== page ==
20. Those future homeowners perform hundreds of hours of sweat equity, which can take many forms: building their home or a home for another family, build-site clean-up, working in a Habitat ReStore, assisting in administrative duties, or countless other ways of helping out. Children sometimes also can contribute by earning good grades in school. The local Habitat in Jackson County, Florida, awards one hour of sweat equity for every “A” that a child earns.
21. Future Habitat homeowners also take classes to learn how to manage a home or finances. Throughout the process of purchasing their home, Habitat partner families can earn sweat equity credit as they learn about their mortgage, insurance, maintenance, safety and more.
22. Habitat homeowners then pay an affordable mortgage, and their monthly house payments help build homes for future homeowners.
23. When a homeowner pays off their mortgage, the occasion is often marked with a mortgage-burning ceremony.
What we build
26. We help revitalize neighborhoods. Many local Habitats in the United States partner with residents, community leaders and local groups to revitalize neighborhoods. Sometimes, their efforts include building new homes or doing repairs. In the past three years, local Habitats doing neighborhood revitalization also have participated in more than 7,500 community projects, from renovating community centers to helping build community gardens.
27. Wherever possible, we work with local materials and customs, everything from using bamboo in Nepal to turning recycled textiles into an affordable thermal insulation product being developed in Bulgaria.
28. We’ve built more than 70,000 new homes and rehabbed or repaired another 100,000 homes through our disaster response and recovery efforts. Families helped include those devastated by earthquakes in Haiti and Nepal; those displaced by destructive storms throughout the U.S. and Asia-Pacific region; and many more in other locations who find themselves suddenly seeking pathways to permanence.
29. Most of all, we build strength, stability and self-reliance through shelter. Decent shelter is something we all need to thrive, and your help makes that possible for more families every day.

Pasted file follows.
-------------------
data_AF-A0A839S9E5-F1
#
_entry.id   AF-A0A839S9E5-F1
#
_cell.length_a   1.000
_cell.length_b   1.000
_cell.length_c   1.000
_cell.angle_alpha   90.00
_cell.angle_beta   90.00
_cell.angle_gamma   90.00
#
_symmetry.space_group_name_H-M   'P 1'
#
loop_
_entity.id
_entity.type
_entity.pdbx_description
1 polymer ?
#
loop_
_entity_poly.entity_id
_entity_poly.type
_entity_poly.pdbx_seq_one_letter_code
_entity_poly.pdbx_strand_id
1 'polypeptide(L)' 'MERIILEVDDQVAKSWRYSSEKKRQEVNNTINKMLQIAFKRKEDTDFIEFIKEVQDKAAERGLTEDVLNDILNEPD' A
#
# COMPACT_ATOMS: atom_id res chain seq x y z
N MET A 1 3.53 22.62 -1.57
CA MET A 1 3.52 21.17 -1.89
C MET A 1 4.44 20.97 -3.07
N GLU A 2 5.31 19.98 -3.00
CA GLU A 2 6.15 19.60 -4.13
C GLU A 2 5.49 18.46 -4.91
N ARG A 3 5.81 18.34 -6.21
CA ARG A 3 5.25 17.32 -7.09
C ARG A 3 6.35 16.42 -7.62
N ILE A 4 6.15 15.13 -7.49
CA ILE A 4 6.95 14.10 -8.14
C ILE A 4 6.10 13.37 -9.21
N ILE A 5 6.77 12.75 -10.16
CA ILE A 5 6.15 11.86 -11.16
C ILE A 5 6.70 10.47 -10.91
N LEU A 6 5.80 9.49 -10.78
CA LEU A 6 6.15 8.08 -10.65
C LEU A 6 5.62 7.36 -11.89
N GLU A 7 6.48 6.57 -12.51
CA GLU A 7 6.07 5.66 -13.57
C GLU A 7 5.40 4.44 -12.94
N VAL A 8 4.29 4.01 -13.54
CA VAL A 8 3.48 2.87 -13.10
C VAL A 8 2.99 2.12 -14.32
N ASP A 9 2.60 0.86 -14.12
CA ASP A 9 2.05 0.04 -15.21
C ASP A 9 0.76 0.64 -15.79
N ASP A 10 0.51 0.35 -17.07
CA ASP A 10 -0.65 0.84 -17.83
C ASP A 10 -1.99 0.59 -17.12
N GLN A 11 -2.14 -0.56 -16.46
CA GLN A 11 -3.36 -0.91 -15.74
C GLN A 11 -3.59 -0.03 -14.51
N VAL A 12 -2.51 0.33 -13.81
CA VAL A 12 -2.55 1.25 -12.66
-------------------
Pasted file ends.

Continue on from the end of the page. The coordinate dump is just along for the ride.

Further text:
Our big, extended family
30. In 1977, schoolteacher Clive Rainey became Habitat’s first volunteer. “I like to tell new Habitat homeowners that they should keep their hammers as a reminder that they beat poverty with that tool — and with determination, they can beat anything that threatens their right to a simple, decent home,” says Rainey.
31. Today, more than 2 million Habitat volunteers a year build, advocate and raise awareness about the global need for shelter.
32. Among the U.S. first families who have built with Habitat: Jimmy and Rosalynn Carter and their children; Gerald Ford; Bill and Hillary Clinton and daughter Chelsea; George W. and Laura Bush; and Barack and Michelle Obama.
33. Among the many celebrities who have helped us build: Trisha Yearwood, Garth Brooks, Tom Brokaw, Rachel McAdams, Cher, Jet Li, Bob Hope, Kurt Warner and Katie Couric.
Other cool things about us
34. Each year since 2007, lumber milled from the Rockefeller Center Christmas Tree has been used to help a family build their Habitat for Humanity house. Tishman Speyer, the owner and operator of the Rockefeller Center, generously donates that lumber to Habitat, and company staff members build alongside a family.
35. Our early history and development is documented in the Habitat for Humanity International collection at the Hargrett Rare Book and Manuscript Library at the University of Georgia.
36. Just two days after being named Habitat CEO in 2005, Jonathan Reckford helped raise the walls on our 200,000th house, in Knoxville, Tennessee. In his 10-plus years at Habitat’s helm, he also has built from Colombia to Cambodia, visited with homeowner families in Kenya and South Africa, participated in international events like the Clinton Global Initiative and UN Habitat’s World Urban Forum, and so much more.
39. The driving force behind everything on this list is our vision of a world where everyone has a decent place to live.
40. All it will take to make the next 40 years as great as our first 40 years is you. Your financial support, your voice and your time will help more future homeowners build or improve a place they can call home.